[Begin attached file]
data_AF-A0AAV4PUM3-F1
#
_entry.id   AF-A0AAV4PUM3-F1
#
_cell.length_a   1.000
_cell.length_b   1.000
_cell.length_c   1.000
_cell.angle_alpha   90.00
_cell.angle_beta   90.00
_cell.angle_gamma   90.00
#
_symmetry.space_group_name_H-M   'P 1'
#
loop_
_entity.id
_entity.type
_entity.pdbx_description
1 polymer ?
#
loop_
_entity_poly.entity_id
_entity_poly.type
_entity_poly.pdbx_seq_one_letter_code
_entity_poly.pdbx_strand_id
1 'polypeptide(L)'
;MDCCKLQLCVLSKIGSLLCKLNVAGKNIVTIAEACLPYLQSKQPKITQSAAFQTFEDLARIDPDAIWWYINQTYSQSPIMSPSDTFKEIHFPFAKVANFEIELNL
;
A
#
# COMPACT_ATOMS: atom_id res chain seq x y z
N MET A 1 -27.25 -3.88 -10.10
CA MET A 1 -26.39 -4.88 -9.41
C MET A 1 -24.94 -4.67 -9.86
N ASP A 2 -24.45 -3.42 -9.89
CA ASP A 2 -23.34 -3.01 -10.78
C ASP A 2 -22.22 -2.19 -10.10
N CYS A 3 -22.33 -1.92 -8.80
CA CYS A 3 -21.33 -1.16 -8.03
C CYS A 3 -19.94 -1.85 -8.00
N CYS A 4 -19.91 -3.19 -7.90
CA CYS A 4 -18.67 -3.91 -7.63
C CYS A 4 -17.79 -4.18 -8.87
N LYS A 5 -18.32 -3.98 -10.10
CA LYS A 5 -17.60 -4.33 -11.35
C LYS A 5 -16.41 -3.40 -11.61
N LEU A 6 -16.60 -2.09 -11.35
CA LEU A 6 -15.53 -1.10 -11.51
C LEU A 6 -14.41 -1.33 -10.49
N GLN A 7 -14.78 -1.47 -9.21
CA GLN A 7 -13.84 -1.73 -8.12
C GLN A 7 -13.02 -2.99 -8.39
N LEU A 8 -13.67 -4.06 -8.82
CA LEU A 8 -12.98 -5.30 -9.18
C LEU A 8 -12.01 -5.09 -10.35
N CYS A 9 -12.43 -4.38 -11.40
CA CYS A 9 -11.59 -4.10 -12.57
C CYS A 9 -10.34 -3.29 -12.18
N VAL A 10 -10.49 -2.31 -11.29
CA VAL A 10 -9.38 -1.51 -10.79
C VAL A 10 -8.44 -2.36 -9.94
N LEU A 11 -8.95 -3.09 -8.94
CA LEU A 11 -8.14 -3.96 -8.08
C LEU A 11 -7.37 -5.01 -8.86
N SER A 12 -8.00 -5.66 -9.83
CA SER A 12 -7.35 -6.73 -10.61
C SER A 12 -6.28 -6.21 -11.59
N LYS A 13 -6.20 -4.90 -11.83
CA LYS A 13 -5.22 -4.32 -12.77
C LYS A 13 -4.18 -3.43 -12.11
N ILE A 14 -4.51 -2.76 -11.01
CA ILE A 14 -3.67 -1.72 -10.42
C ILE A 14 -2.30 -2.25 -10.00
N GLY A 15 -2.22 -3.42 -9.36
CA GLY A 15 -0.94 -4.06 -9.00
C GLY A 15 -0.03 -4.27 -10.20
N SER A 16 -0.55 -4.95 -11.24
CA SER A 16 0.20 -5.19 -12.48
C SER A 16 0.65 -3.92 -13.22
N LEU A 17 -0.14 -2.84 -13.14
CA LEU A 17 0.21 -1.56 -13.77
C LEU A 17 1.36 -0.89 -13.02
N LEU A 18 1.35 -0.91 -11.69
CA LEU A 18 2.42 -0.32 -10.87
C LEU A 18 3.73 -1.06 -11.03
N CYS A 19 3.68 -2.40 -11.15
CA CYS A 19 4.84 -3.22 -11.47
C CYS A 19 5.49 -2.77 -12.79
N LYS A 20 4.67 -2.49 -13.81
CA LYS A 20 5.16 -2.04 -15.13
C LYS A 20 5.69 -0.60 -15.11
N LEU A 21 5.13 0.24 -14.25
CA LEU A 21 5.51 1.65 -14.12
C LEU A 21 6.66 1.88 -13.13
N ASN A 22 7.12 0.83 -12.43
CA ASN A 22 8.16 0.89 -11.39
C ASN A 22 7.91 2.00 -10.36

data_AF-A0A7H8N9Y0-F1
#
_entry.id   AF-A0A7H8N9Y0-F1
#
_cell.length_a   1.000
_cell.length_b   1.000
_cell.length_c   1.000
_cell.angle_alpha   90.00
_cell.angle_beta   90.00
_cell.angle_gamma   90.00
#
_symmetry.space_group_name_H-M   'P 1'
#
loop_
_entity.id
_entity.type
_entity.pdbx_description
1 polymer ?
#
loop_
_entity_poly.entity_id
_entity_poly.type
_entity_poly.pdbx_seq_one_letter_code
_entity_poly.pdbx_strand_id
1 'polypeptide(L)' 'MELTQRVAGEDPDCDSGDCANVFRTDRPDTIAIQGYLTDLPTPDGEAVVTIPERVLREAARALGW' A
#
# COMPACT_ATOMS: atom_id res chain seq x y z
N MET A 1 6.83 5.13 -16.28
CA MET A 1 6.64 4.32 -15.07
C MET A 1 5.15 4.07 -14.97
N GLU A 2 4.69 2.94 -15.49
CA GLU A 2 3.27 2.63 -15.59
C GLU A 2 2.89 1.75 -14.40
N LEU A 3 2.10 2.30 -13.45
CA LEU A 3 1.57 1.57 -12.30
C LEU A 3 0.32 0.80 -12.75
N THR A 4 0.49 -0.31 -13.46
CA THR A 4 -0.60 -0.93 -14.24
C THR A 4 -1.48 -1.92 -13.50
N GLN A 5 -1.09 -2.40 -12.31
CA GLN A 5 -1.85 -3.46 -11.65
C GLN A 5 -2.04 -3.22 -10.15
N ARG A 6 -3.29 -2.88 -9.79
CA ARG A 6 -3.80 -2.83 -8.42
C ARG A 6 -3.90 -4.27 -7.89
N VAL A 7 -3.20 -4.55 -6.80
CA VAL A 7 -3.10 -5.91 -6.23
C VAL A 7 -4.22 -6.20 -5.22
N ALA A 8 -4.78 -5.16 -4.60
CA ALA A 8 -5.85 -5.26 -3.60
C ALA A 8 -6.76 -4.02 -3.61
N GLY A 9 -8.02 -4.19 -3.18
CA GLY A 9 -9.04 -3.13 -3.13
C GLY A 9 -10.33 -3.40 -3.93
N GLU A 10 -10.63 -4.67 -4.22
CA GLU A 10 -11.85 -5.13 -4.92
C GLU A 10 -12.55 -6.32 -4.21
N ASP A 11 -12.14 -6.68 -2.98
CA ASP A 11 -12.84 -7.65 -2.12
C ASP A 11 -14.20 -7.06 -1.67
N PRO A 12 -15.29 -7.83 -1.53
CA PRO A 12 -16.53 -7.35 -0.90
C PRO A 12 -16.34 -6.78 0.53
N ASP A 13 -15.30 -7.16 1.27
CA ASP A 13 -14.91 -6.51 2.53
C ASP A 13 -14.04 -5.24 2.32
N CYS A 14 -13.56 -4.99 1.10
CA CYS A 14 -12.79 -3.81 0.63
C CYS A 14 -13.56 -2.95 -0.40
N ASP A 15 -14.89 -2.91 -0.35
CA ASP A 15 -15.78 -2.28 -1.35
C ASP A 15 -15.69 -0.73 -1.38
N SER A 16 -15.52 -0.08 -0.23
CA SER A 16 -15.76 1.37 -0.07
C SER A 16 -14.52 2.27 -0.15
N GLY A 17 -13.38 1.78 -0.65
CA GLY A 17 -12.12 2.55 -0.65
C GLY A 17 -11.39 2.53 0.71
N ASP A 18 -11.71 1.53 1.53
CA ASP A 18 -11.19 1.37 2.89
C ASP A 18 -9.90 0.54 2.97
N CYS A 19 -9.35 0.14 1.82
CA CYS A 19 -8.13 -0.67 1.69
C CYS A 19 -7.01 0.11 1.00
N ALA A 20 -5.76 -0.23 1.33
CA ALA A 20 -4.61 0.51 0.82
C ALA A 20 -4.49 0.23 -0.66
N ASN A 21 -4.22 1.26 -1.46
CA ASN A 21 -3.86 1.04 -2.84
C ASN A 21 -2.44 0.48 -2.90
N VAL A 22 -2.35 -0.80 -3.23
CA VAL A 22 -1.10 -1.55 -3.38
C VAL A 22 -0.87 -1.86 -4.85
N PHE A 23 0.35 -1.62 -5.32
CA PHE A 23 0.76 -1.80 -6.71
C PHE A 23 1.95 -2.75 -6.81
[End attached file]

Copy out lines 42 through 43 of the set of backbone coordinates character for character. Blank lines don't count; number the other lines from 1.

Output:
C CYS A 4 -17.79 -4.18 -8.87
N LYS A 5 -18.32 -3.98 -10.10